New ministry guidelines may increase the cost of diverting forests

The guidelines add new categories of costs that the project proponent is required to pay 

By DTE Staff
Published: Tuesday 08 August 2017

The project proponent pays compensation for diverting land for non-forest use to compensate the loss in ecosystem services (Credit: crustmania/Flickr)

The Ministry of Environment, Forests and Climate Change (MoEF&CC) has come up with new guidelines for diversion of forest land, with newly added costs, which is likely to make the process more costly.

The guidelines add 30 per cent of the net present value (NPV) of forests to the cost of diversion for "possession of forest land", and 50 per cent of NPV cost as "habitat fragmentation cost". Another 10 per cent of the forest’s net value is added as compensation for loss of animal husbandry productivity and soil moisture conservation costs.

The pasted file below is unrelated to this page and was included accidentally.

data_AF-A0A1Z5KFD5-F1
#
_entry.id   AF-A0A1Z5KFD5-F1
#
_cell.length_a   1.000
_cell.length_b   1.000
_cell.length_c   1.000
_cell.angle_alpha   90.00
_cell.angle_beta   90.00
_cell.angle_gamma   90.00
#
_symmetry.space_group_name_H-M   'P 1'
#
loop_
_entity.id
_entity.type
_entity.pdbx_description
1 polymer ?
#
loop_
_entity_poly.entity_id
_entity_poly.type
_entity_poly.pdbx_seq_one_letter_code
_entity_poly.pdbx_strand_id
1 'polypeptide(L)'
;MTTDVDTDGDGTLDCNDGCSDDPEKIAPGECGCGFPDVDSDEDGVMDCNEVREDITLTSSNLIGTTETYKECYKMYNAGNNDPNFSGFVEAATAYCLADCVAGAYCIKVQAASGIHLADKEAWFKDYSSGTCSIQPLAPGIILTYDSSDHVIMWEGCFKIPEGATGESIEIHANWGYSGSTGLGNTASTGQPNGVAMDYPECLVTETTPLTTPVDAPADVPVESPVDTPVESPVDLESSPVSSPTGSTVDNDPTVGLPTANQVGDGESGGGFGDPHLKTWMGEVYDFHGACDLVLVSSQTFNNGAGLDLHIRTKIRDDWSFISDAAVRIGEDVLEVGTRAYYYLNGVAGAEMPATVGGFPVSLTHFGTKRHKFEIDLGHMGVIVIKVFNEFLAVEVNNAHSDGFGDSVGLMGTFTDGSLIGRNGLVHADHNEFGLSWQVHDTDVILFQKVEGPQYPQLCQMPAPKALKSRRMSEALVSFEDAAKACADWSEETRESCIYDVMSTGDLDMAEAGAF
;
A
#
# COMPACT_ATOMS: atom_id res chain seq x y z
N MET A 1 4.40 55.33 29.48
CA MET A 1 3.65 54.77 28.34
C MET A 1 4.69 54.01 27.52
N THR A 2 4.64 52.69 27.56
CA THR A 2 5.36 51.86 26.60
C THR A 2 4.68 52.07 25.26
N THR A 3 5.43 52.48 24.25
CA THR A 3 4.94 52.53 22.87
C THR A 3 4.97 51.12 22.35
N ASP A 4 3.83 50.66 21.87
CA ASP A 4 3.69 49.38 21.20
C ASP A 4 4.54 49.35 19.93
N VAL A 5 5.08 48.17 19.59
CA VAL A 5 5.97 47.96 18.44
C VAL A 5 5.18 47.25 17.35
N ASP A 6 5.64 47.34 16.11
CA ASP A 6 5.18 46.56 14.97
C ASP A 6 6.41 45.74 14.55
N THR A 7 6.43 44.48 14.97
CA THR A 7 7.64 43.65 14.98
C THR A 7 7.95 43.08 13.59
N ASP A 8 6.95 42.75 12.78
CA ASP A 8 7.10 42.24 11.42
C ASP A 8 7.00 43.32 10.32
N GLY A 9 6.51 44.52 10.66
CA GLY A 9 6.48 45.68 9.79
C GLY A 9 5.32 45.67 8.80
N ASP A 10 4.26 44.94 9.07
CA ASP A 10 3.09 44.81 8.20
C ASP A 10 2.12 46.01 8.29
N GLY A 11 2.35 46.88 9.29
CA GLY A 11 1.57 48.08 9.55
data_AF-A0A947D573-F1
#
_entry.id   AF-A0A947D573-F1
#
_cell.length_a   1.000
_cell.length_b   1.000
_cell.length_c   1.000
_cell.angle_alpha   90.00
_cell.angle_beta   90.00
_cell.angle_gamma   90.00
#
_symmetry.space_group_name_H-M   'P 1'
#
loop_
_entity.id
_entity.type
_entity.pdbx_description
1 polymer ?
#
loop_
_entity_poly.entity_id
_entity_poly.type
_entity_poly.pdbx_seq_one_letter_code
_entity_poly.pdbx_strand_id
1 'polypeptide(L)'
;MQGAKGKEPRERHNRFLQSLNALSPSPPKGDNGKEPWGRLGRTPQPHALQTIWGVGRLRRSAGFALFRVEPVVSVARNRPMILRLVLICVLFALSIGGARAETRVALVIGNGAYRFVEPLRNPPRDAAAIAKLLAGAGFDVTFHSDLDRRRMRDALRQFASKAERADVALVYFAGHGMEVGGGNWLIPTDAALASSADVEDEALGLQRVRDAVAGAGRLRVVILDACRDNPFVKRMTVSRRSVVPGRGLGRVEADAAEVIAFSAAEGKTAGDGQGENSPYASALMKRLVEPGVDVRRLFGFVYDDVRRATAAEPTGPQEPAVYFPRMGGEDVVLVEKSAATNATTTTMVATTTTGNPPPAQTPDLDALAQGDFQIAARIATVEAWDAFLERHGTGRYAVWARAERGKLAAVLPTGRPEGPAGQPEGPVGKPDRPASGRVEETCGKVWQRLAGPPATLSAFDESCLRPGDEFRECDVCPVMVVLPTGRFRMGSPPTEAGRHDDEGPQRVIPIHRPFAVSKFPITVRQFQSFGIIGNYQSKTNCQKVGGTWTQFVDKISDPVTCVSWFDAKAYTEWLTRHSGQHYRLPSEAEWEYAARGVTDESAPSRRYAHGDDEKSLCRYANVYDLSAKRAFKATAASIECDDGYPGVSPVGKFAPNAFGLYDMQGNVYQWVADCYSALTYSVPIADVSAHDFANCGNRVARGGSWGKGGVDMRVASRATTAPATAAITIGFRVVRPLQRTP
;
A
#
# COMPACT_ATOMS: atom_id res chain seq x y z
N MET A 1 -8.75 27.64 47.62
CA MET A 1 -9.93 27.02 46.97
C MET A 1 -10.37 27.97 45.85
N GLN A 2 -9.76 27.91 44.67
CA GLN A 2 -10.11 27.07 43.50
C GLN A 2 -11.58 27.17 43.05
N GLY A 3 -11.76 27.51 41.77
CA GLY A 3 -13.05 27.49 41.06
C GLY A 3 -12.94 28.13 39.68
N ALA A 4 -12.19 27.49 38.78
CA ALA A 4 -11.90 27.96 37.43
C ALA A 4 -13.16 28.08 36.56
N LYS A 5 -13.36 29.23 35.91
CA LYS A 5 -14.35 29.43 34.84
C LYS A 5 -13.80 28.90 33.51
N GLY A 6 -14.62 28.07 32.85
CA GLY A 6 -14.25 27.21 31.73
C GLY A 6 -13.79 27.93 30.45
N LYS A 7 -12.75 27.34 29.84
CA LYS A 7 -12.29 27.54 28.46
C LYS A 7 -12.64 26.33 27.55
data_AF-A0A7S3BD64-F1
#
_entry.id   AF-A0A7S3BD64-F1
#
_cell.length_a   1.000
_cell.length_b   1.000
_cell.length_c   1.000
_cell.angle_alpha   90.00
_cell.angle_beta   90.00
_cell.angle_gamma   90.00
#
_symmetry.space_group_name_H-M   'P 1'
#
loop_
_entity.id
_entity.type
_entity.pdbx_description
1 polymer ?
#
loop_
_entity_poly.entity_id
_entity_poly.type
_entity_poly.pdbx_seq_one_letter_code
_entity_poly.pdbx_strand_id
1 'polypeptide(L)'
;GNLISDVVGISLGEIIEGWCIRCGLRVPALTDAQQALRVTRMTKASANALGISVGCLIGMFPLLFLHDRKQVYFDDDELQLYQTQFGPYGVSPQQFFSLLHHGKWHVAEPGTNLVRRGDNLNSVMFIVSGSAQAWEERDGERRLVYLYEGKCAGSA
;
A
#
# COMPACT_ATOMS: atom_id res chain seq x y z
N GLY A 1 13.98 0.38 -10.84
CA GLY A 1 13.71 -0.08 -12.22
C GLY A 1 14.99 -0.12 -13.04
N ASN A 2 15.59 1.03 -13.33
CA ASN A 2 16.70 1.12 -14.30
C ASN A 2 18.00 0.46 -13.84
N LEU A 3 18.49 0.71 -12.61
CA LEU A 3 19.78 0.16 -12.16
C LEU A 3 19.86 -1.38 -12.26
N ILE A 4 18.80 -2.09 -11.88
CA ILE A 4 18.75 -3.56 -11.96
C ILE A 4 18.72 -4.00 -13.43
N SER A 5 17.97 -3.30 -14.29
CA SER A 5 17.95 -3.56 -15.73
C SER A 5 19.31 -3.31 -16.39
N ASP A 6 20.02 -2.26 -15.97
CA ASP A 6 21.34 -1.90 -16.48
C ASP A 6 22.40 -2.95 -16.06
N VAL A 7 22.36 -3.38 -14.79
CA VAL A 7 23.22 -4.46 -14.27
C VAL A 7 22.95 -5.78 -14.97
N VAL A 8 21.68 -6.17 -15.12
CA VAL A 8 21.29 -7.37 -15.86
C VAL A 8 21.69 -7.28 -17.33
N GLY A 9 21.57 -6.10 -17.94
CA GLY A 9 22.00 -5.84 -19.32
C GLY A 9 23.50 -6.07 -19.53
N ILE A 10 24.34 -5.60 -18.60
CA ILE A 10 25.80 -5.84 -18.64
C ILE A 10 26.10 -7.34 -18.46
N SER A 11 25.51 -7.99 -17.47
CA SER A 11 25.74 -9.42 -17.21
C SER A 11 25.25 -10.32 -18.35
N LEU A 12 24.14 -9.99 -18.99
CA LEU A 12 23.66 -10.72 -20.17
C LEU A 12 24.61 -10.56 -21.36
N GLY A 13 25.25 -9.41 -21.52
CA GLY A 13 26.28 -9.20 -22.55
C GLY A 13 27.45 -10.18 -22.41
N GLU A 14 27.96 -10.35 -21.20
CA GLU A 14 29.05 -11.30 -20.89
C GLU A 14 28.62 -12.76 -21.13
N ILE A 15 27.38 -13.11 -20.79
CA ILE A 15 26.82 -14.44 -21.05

The guideline submitted to the National Green Tribunal, will come into effect once the NPV of forests is revised. NPV is the amount paid by the project proponent for diverting land for non-forest use to compensate the loss in ecosystem services. This cost has not been revised, in spite of courts ordering it multiple times. The MoEF&CC is supposed to revise the value every three years.

The Indian Institute of Forest Management (IIFM) was assigned the responsibility of reassessing the value of forests. Its report in 2014 said that NPV was grossly underestimated and proposed NPV rate ranges from Rs 9.87 lakh to Rs 55.55 lakh per hectare. NPV is estimated for forests categorised into six eco-classes, or forest types, and three canopy cover density classes—very dense forest, moderately dense forest and open forest.

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